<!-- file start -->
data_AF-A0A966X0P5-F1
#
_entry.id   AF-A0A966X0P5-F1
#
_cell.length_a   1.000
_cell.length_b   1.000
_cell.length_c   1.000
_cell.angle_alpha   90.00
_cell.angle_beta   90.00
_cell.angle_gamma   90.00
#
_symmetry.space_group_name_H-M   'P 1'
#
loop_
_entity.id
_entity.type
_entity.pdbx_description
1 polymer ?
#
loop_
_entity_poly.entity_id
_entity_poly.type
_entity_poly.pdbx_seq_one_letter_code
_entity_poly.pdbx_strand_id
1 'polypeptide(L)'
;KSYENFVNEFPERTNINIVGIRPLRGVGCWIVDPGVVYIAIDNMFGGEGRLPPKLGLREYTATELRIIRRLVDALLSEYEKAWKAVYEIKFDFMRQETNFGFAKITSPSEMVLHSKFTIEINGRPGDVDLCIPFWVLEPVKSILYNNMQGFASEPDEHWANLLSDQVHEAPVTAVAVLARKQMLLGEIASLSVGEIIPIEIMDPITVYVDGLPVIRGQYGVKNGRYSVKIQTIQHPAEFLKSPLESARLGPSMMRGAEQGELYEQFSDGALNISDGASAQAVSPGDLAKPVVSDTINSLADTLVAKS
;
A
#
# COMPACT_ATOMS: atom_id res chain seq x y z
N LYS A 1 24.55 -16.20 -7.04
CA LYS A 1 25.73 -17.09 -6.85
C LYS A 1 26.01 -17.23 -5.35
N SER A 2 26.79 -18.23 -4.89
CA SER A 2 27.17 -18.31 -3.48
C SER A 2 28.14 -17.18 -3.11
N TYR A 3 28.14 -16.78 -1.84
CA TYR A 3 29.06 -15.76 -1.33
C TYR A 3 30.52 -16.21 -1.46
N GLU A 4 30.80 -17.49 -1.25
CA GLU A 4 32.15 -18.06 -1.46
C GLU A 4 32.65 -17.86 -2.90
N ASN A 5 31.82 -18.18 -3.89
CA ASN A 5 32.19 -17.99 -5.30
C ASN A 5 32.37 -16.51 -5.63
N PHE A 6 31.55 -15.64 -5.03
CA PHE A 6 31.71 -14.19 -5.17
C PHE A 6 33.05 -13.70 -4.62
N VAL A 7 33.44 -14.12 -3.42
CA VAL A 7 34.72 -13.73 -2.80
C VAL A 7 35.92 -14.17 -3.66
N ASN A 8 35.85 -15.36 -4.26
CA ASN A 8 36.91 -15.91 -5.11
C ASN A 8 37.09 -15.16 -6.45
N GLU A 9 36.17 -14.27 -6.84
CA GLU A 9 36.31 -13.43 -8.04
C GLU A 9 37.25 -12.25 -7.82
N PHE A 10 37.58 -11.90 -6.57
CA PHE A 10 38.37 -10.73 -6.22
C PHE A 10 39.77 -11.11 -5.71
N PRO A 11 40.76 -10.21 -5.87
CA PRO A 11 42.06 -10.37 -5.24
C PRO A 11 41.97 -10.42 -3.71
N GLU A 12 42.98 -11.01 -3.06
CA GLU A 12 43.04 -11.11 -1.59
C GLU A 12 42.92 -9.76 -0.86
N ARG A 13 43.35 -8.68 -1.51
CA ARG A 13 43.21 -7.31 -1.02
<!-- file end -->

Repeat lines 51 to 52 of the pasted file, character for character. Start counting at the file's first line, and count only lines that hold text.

C VAL A 7 35.92 -14.17 -3.66
N ASN A 8 35.85 -15.36 -4.26